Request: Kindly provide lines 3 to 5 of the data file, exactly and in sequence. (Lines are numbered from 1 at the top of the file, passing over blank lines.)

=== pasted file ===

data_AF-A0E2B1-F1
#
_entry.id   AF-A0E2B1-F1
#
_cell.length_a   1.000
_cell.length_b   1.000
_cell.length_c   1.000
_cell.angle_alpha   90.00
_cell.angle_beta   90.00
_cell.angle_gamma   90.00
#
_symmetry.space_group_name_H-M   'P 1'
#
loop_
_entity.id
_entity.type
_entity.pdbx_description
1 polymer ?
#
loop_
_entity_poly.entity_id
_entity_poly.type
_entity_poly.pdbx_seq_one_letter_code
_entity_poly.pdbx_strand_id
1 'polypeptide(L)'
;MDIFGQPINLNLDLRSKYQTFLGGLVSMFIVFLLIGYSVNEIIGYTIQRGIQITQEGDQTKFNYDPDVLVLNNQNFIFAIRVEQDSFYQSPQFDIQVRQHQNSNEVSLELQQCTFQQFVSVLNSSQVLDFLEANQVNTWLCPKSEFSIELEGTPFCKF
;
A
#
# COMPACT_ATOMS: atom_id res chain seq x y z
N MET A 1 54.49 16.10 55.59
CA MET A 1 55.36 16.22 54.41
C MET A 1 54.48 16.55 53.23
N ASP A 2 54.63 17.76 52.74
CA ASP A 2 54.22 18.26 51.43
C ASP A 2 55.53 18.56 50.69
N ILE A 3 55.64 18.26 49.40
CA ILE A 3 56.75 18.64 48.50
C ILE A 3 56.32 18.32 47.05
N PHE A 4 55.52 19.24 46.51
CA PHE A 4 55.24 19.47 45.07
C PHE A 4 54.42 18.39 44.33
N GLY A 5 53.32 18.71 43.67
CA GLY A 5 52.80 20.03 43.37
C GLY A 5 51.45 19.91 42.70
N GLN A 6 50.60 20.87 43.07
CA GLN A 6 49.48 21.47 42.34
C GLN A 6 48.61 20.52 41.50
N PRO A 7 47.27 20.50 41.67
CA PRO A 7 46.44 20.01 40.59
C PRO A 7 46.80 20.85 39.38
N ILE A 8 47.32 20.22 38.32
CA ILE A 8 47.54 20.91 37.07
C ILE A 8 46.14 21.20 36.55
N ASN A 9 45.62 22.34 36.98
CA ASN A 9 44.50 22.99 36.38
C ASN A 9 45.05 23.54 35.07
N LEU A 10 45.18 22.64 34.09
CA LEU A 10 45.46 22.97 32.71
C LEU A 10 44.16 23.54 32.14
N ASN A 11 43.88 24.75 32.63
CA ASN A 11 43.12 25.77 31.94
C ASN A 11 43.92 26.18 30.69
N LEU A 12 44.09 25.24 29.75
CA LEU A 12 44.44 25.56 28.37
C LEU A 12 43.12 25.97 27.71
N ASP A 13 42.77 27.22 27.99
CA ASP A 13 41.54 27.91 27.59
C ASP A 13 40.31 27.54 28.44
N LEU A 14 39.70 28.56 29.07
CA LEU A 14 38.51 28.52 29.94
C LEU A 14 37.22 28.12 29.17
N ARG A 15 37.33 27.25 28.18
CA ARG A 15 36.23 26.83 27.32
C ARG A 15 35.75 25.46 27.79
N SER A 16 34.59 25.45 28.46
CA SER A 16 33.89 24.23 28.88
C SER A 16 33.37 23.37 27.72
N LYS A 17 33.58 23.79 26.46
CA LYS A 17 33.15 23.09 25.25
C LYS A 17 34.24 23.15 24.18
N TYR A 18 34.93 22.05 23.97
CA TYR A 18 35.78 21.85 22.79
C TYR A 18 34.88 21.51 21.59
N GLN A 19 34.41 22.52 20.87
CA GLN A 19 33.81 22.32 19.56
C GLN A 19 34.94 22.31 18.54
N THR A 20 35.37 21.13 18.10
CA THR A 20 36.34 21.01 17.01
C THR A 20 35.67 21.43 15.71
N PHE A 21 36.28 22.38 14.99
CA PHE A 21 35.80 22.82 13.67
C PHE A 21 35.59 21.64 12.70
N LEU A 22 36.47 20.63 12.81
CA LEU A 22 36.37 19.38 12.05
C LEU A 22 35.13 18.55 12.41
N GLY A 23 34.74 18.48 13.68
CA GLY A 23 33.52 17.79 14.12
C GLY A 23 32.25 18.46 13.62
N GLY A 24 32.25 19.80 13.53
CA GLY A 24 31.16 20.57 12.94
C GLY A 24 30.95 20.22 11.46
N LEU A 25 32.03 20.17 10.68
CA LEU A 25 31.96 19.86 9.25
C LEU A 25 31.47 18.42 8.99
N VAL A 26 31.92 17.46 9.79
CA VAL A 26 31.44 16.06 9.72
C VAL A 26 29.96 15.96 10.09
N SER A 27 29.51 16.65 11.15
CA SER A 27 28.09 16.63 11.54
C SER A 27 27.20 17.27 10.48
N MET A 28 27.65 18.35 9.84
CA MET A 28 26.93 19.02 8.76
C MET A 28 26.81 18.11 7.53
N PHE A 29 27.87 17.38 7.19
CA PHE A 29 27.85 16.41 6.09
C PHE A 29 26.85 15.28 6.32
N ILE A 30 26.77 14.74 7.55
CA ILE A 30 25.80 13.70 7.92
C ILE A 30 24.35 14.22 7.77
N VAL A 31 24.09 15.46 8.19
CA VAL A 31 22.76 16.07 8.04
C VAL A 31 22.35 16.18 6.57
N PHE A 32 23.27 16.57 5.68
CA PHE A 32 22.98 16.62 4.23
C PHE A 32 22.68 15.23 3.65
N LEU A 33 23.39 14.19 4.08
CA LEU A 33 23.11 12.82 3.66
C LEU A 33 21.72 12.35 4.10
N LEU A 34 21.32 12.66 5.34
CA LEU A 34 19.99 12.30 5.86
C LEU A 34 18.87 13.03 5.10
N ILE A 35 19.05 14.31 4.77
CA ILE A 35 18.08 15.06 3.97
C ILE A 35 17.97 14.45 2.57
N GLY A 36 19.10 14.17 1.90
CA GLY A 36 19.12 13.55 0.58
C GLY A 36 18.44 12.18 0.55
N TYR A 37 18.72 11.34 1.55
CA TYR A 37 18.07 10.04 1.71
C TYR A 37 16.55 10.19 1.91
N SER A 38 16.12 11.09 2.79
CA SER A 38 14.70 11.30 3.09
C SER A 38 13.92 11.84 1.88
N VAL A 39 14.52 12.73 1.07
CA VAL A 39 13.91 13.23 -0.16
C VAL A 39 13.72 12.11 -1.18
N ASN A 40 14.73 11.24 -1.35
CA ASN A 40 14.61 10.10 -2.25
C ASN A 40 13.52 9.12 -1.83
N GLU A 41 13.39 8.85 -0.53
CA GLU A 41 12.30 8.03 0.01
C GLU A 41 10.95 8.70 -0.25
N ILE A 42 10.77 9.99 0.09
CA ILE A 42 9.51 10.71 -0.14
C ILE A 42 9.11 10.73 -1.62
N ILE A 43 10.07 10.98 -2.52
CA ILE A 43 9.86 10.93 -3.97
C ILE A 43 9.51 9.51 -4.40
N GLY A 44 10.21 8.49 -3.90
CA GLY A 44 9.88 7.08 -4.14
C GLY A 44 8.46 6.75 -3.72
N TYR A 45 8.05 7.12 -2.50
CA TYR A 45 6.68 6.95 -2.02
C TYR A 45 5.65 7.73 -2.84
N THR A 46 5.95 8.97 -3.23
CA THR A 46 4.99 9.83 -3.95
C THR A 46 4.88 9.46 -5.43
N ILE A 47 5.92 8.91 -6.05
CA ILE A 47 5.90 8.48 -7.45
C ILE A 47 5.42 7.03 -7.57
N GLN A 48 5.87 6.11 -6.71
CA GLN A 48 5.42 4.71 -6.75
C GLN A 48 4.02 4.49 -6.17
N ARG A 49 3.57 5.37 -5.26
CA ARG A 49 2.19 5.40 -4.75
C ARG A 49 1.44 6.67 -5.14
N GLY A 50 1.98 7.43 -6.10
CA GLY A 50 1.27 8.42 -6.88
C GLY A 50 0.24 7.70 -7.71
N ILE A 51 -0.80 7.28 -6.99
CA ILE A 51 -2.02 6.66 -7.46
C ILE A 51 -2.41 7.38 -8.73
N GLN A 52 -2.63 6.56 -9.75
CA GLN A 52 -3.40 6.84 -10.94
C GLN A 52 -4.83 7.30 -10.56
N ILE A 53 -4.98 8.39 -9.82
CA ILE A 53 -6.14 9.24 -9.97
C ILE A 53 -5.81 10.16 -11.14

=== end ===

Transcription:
_entry.id   AF-A0E2B1-F1
#
_cell.length_a   1.000